Euphorbia amygdaloides robbiae detail (01/05/2011, London)
Position: Full sun to full shade.
Soil: Moist but well drained.
Flowering period: Late spring to early summer.
Eventual Height: 80cm
Eventual Spread: 30cm
Euphorbia amygdaloides robbiae is a softly hairy, evergreen perennial with a bushy habit. Its reddish green stems bear spoon shaped to obovate, shiny, leathery leaves which are up to 6cm long. In early spring and early summer it bears terminal cymes of greenish yellow cyathia and involucres. This plant spreads by means of underground root runners.
Euphorbia amygdaloides robbiae (01/05/2011, London)
Euphorbia amygdaloides robbiae, commonly known as Wood Spurge and the vareity robbiae is also known as Mrs Robb’s Bonnet. The species Euphorbia amygdaloides is found throughout Europe in moist woodland habitats.
Euphorbia amygdaloides robbiae winter foliage (11/01/2012, London)
Euphorbia is named after Euphorbus, physician to Juba, a king of Mauritania. Amygdaloides is derived from the Greek amugdalos ‘an almond tree’ and oeidhs ‘egg shaped’. Robbiae is named for the plant hunter who discovered it, Mary-Anne Robb, with its common name comming from how she had to smuggle it through customs, in her hat.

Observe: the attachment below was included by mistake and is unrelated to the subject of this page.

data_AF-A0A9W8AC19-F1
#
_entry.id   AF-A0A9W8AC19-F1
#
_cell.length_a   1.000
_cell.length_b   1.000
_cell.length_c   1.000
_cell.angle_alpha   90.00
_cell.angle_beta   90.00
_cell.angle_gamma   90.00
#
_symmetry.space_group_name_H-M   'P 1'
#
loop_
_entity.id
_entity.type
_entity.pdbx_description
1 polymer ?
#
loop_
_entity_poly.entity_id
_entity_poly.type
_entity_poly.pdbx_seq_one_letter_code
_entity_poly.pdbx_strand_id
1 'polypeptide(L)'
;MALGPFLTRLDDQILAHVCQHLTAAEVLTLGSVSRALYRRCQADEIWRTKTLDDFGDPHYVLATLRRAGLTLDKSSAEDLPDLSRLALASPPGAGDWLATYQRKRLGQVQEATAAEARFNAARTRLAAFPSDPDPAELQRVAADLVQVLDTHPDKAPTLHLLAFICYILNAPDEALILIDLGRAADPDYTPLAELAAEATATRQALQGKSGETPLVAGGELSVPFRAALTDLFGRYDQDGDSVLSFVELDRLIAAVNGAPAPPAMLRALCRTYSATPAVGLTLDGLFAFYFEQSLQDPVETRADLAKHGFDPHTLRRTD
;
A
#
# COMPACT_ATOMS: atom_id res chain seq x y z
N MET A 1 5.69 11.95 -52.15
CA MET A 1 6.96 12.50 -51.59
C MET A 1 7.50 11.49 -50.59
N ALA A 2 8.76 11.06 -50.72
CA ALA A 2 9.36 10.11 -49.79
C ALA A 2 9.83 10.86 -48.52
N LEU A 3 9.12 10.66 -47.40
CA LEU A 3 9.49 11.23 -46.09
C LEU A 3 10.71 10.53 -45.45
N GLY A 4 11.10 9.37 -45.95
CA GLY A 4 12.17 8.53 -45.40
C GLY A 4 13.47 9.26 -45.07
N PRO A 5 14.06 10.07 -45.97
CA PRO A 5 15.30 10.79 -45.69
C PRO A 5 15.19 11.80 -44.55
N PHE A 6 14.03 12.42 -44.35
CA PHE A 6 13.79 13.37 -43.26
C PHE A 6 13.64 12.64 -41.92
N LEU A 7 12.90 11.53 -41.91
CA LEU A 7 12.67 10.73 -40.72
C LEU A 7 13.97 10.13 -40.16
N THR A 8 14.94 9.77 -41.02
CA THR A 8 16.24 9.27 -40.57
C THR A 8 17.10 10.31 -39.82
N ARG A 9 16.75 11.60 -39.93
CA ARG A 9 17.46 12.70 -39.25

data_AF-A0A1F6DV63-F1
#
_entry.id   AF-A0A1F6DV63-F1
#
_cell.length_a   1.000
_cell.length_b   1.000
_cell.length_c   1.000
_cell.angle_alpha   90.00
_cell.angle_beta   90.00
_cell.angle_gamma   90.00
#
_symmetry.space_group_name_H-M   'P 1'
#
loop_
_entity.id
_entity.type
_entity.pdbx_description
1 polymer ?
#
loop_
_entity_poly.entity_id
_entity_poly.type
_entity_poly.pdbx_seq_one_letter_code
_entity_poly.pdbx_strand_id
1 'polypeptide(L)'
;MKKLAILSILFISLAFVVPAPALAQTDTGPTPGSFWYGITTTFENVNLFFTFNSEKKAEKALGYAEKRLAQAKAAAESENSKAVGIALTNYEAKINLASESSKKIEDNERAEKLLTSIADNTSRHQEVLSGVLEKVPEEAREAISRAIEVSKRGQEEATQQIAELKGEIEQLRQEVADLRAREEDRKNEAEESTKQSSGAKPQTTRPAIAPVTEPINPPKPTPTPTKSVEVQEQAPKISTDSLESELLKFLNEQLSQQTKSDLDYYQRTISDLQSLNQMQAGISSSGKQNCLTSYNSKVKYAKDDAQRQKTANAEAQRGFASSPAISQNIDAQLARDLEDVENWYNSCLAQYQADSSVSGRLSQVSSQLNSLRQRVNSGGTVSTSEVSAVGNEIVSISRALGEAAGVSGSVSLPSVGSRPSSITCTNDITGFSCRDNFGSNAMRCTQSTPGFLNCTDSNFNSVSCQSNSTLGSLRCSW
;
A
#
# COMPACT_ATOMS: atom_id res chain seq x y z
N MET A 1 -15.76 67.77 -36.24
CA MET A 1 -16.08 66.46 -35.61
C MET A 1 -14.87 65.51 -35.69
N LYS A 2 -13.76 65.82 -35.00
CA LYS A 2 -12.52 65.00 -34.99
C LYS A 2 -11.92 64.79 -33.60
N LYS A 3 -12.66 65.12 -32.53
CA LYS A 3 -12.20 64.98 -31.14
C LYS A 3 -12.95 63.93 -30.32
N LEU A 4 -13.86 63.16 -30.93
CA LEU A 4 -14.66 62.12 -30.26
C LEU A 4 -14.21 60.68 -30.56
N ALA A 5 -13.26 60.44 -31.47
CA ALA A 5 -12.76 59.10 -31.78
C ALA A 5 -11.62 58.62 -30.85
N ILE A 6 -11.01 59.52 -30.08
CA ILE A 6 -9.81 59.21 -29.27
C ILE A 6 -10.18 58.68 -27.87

The landscape architect may find Euphorbia amygdaloides robbiae is useful as an effective ground cover, as it spreads by root runners. Its drought tolerance also lends this plant to xeriscaping. This plant will also tolerate full shade and coastal conditions. Care should be exercised when locating this plant as its sap may cause an allergic reaction in some people and its sap is toxic when ingested.
Euphorbia amygdaloides robbiae winter flower (11/01/2012, London)
Euphorbia amygdaloides robbiae is happy at most pH levels and the soil may be chalk, loam or sand. It may be placed in a sheltered or exposed location but will not tolerate a north facing position.
Ecologically, Euphorbia amygdaloides robbiae will attract pollinating insects such as bees that will feed on its nectar.
The Royal Horticultural Society have given Euphorbia amygdaloides robbiae their prestigious Award of Garden Merit.
Euphorbia amygdaloides robbiae requires little maintenance. Flowering shoots may be cut back to the ground in late summer or autumn to promote new growth and a tidy appearance.